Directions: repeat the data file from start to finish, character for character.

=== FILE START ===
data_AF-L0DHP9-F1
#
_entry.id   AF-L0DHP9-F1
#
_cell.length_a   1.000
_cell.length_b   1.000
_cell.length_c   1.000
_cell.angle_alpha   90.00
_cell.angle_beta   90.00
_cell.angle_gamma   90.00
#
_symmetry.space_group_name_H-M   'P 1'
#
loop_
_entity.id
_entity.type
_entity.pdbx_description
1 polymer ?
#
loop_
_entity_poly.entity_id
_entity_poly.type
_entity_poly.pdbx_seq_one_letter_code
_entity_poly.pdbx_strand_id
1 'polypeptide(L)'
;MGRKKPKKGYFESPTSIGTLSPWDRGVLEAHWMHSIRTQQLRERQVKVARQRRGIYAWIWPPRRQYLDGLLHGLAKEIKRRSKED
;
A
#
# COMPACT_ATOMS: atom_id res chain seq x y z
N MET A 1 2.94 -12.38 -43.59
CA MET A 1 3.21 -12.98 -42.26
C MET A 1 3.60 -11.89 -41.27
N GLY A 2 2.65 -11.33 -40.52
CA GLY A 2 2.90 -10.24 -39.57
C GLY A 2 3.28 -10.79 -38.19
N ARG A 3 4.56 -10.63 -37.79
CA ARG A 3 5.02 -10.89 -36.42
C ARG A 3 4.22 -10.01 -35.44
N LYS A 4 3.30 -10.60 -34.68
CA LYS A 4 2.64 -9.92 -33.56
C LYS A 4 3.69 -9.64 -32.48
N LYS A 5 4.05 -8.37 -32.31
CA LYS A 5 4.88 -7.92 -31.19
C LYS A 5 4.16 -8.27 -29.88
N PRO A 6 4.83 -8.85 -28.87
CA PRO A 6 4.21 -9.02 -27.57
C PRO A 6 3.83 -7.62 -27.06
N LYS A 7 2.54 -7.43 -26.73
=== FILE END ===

data_AF-L0DHP9-F1
#
_entry.id   AF-L0DHP9-F1
#
_cell.length_a   1.000
_cell.length_b   1.000
_cell.length_c   1.000
_cell.angle_alpha   90.00
_cell.angle_beta   90.00
_cell.angle_gamma   90.00
#
_symmetry.space_group_name_H-M   'P 1'
#
loop_
_entity.id
_entity.type
_entity.pdbx_description
1 polymer ?
#
loop_
_entity_poly.entity_id
_entity_poly.type
_entity_poly.pdbx_seq_one_letter_code
_entity_poly.pdbx_strand_id
1 'polypeptide(L)'
;MGRKKPKKGYFESPTSIGTLSPWDRGVLEAHWMHSIRTQQLRERQVKVARQRRGIYAWIWPPRRQYLDGLLHGLAKEIKRRSKED
;
A
#
# COMPACT_ATOMS: atom_id res chain seq x y z
N MET A 1 2.94 -12.38 -43.59
CA MET A 1 3.21 -12.98 -42.26
C MET A 1 3.60 -11.89 -41.27
N GLY A 2 2.65 -11.33 -40.52
CA GLY A 2 2.90 -10.24 -39.57
C GLY A 2 3.28 -10.79 -38.19
N ARG A 3 4.56 -10.63 -37.79
CA ARG A 3 5.02 -10.89 -36.42
C ARG A 3 4.22 -10.01 -35.44
N LYS A 4 3.30 -10.60 -34.68
CA LYS A 4 2.64 -9.92 -33.56
C LYS A 4 3.69 -9.64 -32.48
N LYS A 5 4.05 -8.37 -32.31
CA LYS A 5 4.88 -7.92 -31.19
C LYS A 5 4.16 -8.27 -29.88
N PRO A 6 4.83 -8.85 -28.87
CA PRO A 6 4.21 -9.02 -27.57
C PRO A 6 3.83 -7.62 -27.06
N LYS A 7 2.54 -7.43 -26.73